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Commentary: GOP's Praeger offers health care overhaul ideas to ponder

With the public option shelved and the hysteria over nonexistent "death panels" exhausted, opponents of health care reform have zeroed in on the notion that everyone must buy insurance.

Tyranny! The protests ring from state legislatures, tea party meetings and from Congress, where Republicans will seize any cause to stop Democrats from securing a major legislative accomplishment.

Sandy Praeger is one Republican who refuses to join the opposition.

“We need to create an expectation that everybody needs to be insured for medical care, just as we have an expectation that we have to buy auto insurance," the Kansas insurance commissioner said.

Praeger knows health insurance. She spent three terms in the Kansas Senate working on patient protection laws. As the state's elected insurance commissioner since 2003, she regulates all insurance sold in Kansas. She also is the head of the health insurance and managed care committee for the National Association of Insurance Commissioners.

Praeger has no objection to government requiring people to buy health insurance. The individual insurance mandate, she noted, began as a Republican idea. Some of the GOP senators who are driving the opposition supported it during the Clinton administration.

But the political winds are blowing with a fury. And so, like a good Kansas politician, Praeger has come up with another approach for getting healthy people in the insurance pool — a must if insurers are expected to cover chronically or severely ill people at a reasonable price.

Praeger's idea: People under a certain age — say, 25 — would be eligible for insurance without having their health status evaluated. Once consumers reached the designated age threshold, their continuous coverage would be guaranteed without medical underwriting as long as they paid into a policy. If they dropped their coverage they would have to pay a penalty and have their medical history evaluated — at the risk of being charged a higher rate — before getting reinstated.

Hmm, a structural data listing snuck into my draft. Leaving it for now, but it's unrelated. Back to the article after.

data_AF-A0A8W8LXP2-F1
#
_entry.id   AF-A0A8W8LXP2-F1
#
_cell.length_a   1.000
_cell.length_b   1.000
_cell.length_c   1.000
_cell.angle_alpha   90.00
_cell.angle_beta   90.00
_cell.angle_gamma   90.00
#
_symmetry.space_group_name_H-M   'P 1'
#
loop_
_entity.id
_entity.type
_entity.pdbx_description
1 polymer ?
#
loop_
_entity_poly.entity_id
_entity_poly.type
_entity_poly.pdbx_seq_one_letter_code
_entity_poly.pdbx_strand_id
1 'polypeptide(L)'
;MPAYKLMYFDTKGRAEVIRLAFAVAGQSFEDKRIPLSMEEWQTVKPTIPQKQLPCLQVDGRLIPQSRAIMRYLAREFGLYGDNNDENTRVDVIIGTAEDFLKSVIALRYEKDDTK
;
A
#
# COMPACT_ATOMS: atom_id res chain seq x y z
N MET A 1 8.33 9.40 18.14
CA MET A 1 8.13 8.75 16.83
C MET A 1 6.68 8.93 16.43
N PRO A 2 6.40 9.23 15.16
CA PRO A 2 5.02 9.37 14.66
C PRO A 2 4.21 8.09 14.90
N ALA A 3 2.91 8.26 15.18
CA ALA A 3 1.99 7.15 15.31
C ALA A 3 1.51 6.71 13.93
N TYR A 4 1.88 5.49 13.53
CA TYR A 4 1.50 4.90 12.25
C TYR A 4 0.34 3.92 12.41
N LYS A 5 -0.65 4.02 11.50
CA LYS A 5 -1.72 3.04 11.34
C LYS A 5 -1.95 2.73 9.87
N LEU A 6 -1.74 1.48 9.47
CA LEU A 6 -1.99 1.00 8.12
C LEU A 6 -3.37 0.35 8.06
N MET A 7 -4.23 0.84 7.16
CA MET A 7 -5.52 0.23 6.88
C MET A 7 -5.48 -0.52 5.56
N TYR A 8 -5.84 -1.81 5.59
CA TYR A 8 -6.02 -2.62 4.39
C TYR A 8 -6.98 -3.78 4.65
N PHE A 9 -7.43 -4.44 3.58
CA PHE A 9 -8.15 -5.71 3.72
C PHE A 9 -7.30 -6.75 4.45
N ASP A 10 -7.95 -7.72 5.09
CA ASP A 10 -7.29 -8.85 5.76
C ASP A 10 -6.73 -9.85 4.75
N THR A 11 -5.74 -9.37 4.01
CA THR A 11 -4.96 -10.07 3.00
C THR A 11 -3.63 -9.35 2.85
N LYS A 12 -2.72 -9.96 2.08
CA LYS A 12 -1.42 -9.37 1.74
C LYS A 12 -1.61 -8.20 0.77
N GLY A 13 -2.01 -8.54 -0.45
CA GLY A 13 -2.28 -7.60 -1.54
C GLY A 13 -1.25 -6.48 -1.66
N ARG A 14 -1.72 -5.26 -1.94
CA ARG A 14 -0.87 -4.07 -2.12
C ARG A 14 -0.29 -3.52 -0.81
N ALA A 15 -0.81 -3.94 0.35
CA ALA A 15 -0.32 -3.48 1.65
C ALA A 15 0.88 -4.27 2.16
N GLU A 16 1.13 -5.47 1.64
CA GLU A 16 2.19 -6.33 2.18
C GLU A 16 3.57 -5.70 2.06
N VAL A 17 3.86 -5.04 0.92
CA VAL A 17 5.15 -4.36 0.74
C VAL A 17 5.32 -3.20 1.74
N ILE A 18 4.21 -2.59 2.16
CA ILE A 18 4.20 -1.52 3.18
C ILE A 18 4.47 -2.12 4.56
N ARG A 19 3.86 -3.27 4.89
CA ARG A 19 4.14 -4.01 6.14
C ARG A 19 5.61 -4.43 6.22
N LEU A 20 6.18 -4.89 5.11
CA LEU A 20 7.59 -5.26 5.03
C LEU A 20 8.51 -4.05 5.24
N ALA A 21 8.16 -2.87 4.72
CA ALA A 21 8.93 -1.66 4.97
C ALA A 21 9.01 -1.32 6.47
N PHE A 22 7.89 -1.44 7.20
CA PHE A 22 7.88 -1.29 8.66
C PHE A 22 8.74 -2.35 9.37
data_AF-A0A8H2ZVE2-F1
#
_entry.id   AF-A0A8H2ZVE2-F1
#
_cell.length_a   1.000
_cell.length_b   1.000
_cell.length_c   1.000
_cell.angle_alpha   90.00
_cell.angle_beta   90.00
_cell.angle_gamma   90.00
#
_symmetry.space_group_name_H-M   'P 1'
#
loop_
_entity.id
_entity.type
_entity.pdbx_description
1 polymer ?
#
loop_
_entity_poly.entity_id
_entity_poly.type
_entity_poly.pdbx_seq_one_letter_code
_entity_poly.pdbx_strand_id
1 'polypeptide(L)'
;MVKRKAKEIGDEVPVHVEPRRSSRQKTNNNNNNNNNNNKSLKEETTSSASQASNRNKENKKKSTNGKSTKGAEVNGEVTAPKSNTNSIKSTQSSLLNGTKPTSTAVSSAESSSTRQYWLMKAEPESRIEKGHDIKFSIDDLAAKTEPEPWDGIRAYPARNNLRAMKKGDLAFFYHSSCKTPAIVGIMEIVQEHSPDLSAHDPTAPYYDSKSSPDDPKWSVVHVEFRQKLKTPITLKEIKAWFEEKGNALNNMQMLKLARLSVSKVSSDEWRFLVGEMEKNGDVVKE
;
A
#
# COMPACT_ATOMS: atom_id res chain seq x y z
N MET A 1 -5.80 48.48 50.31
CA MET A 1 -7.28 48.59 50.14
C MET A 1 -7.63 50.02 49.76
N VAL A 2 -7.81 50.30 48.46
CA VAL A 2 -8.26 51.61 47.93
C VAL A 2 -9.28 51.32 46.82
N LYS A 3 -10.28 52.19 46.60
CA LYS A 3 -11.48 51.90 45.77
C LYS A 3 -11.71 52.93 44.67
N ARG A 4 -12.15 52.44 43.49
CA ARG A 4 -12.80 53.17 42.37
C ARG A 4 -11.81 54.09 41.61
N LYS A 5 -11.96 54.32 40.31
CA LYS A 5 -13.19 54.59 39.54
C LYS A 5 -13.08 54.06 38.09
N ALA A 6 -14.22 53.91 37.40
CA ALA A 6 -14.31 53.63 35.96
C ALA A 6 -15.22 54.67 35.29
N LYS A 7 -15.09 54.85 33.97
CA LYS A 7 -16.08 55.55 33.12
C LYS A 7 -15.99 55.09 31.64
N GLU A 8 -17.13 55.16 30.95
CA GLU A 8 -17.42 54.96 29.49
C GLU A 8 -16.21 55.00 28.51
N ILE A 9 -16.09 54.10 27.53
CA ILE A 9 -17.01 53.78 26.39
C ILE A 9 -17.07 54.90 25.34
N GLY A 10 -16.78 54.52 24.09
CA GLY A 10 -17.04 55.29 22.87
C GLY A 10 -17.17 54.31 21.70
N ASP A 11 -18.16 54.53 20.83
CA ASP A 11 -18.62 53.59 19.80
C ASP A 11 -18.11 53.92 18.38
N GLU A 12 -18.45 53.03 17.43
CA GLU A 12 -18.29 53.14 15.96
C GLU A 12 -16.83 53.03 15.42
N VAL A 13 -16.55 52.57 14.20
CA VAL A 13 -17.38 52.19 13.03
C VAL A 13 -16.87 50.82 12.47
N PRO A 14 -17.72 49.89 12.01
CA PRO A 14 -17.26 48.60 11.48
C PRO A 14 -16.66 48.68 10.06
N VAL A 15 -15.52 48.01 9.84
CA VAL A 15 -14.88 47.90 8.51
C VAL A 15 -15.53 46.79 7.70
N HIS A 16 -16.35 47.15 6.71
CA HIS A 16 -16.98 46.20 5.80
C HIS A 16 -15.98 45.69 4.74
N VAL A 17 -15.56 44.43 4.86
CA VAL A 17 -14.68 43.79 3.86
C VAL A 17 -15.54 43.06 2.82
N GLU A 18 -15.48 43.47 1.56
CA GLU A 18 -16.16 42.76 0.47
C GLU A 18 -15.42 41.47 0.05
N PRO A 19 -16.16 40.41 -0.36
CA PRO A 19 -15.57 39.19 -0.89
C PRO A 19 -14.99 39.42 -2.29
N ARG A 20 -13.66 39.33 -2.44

Praeger's idea would leave some people uninsured — at least at first. Government subsidies would still be required to help low-income people buy policies.

But it seems that it would create a powerful incentive for people to maintain insurance policies, without being required to do so by Washington.

And, it's a thoughtful detour around the gridlock that we're seeing in Congress.

Praeger has floated her idea to some congressional staffers. She's received interest but so far no traction.

Why is that? If all ideas are back on the table, this one seems worthy of being in the mix.

Because of her leadership role with the National Association of Insurance Commissioners, Praeger is often tapped as a resource by Capital Hill staffers. So far, she said, nearly all the inquiries have come from Democrats.

If Republicans would ask, Praeger would tell them that her years in the trenches have convinced her that insurance reform can't be accomplished by small fixes or by deregulation.

Unfettered selling of insurance across state lines would spell the death of regional insurance firms and quickly result in a market dominated by a handful of national companies that offer minimal policies at low premiums, she said. Sick people would be left in the lurch.

Praeger doesn't reject all Republican ideas. She favors medical malpractice reform and sees it as a bargaining chip the Democrats could use.

She thinks the tax break handed to people with employer-provided health care plans should be extended to the individual market.

She thinks any bill that's passed needs to do more to curb soaring costs.

And, like others who have devoted their professional careers to the quest for a saner form of health care in the United States, Praeger decries the triumph of politics over the greater good.

"They're always running," she said of Washington's politicians. "We never get a grace period, where they're focused on public service."

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